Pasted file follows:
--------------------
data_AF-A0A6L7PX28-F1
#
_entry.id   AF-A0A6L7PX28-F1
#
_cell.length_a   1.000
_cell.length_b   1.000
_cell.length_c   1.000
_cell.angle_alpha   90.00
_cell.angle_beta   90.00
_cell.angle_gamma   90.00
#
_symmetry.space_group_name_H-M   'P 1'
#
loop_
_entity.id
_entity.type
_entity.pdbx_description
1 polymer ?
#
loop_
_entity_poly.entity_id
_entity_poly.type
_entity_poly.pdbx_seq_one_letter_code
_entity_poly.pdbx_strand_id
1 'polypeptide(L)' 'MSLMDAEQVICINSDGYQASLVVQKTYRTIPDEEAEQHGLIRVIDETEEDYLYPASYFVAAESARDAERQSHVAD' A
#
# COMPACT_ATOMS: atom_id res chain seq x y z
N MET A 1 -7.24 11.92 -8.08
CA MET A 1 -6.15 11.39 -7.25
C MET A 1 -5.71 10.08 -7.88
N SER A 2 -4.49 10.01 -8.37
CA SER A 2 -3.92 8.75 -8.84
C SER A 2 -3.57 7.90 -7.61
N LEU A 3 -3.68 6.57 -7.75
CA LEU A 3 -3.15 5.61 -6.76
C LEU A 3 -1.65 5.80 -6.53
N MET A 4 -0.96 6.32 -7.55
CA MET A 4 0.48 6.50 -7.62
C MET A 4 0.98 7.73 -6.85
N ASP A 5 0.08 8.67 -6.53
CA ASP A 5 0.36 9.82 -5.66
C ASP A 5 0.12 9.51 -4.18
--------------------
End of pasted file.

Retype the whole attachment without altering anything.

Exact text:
data_AF-A0A6L7PX28-F1
#
_entry.id   AF-A0A6L7PX28-F1
#
_cell.length_a   1.000
_cell.length_b   1.000
_cell.length_c   1.000
_cell.angle_alpha   90.00
_cell.angle_beta   90.00
_cell.angle_gamma   90.00
#
_symmetry.space_group_name_H-M   'P 1'
#
loop_
_entity.id
_entity.type
_entity.pdbx_description
1 polymer ?
#
loop_
_entity_poly.entity_id
_entity_poly.type
_entity_poly.pdbx_seq_one_letter_code
_entity_poly.pdbx_strand_id
1 'polypeptide(L)' 'MSLMDAEQVICINSDGYQASLVVQKTYRTIPDEEAEQHGLIRVIDETEEDYLYPASYFVAAESARDAERQSHVAD' A
#
# COMPACT_ATOMS: atom_id res chain seq x y z
N MET A 1 -7.24 11.92 -8.08
CA MET A 1 -6.15 11.39 -7.25
C MET A 1 -5.71 10.08 -7.88
N SER A 2 -4.49 10.01 -8.37
CA SER A 2 -3.92 8.75 -8.84
C SER A 2 -3.57 7.90 -7.61
N LEU A 3 -3.68 6.57 -7.75
CA LEU A 3 -3.15 5.61 -6.76
C LEU A 3 -1.65 5.80 -6.53
N MET A 4 -0.96 6.32 -7.55
CA MET A 4 0.48 6.50 -7.62
C MET A 4 0.98 7.73 -6.85
N ASP A 5 0.08 8.67 -6.53
CA ASP A 5 0.36 9.82 -5.66
C ASP A 5 0.12 9.51 -4.18